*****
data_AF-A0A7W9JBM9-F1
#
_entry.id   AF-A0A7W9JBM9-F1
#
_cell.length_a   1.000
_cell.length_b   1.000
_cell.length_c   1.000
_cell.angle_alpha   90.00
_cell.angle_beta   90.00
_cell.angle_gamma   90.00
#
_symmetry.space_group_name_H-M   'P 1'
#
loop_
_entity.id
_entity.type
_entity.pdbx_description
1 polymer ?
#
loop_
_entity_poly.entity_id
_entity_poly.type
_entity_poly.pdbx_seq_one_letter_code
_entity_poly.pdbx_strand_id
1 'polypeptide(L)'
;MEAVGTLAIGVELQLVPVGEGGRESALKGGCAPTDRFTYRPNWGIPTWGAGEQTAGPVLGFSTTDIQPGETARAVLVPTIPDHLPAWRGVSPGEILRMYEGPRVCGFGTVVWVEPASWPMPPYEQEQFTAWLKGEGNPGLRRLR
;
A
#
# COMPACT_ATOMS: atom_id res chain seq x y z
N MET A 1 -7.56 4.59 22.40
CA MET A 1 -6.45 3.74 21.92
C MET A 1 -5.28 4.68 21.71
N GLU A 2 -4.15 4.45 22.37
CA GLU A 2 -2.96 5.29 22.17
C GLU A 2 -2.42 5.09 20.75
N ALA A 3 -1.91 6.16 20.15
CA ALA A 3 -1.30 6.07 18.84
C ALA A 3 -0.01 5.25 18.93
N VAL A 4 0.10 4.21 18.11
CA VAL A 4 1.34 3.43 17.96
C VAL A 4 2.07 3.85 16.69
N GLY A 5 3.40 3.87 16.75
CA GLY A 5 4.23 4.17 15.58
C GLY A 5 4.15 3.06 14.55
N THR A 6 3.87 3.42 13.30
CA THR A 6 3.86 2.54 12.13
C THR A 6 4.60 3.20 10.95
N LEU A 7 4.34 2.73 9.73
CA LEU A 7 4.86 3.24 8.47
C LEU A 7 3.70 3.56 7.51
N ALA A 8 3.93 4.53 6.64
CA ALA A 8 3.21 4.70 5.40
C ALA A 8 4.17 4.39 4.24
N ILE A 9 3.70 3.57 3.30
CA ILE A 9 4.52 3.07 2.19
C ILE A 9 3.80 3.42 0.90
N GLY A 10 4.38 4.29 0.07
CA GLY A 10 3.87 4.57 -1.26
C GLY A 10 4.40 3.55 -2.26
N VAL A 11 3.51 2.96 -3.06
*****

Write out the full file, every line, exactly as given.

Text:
data_AF-A0A7W9JBM9-F1
#
_entry.id   AF-A0A7W9JBM9-F1
#
_cell.length_a   1.000
_cell.length_b   1.000
_cell.length_c   1.000
_cell.angle_alpha   90.00
_cell.angle_beta   90.00
_cell.angle_gamma   90.00
#
_symmetry.space_group_name_H-M   'P 1'
#
loop_
_entity.id
_entity.type
_entity.pdbx_description
1 polymer ?
#
loop_
_entity_poly.entity_id
_entity_poly.type
_entity_poly.pdbx_seq_one_letter_code
_entity_poly.pdbx_strand_id
1 'polypeptide(L)'
;MEAVGTLAIGVELQLVPVGEGGRESALKGGCAPTDRFTYRPNWGIPTWGAGEQTAGPVLGFSTTDIQPGETARAVLVPTIPDHLPAWRGVSPGEILRMYEGPRVCGFGTVVWVEPASWPMPPYEQEQFTAWLKGEGNPGLRRLR
;
A
#
# COMPACT_ATOMS: atom_id res chain seq x y z
N MET A 1 -7.56 4.59 22.40
CA MET A 1 -6.45 3.74 21.92
C MET A 1 -5.28 4.68 21.71
N GLU A 2 -4.15 4.45 22.37
CA GLU A 2 -2.96 5.29 22.17
C GLU A 2 -2.42 5.09 20.75
N ALA A 3 -1.91 6.16 20.15
CA ALA A 3 -1.30 6.07 18.84
C ALA A 3 -0.01 5.25 18.93
N VAL A 4 0.10 4.21 18.11
CA VAL A 4 1.34 3.43 17.96
C VAL A 4 2.07 3.85 16.69
N GLY A 5 3.40 3.87 16.75
CA GLY A 5 4.23 4.17 15.58
C GLY A 5 4.15 3.06 14.55
N THR A 6 3.87 3.42 13.30
CA THR A 6 3.86 2.54 12.13
C THR A 6 4.60 3.20 10.95
N LEU A 7 4.34 2.73 9.73
CA LEU A 7 4.86 3.24 8.47
C LEU A 7 3.70 3.56 7.51
N ALA A 8 3.93 4.53 6.64
CA ALA A 8 3.21 4.70 5.40
C ALA A 8 4.17 4.39 4.24
N ILE A 9 3.70 3.57 3.30
CA ILE A 9 4.52 3.07 2.19
C ILE A 9 3.80 3.42 0.90
N GLY A 10 4.38 4.29 0.07
CA GLY A 10 3.87 4.57 -1.26
C GLY A 10 4.40 3.55 -2.26
N VAL A 11 3.51 2.96 -3.06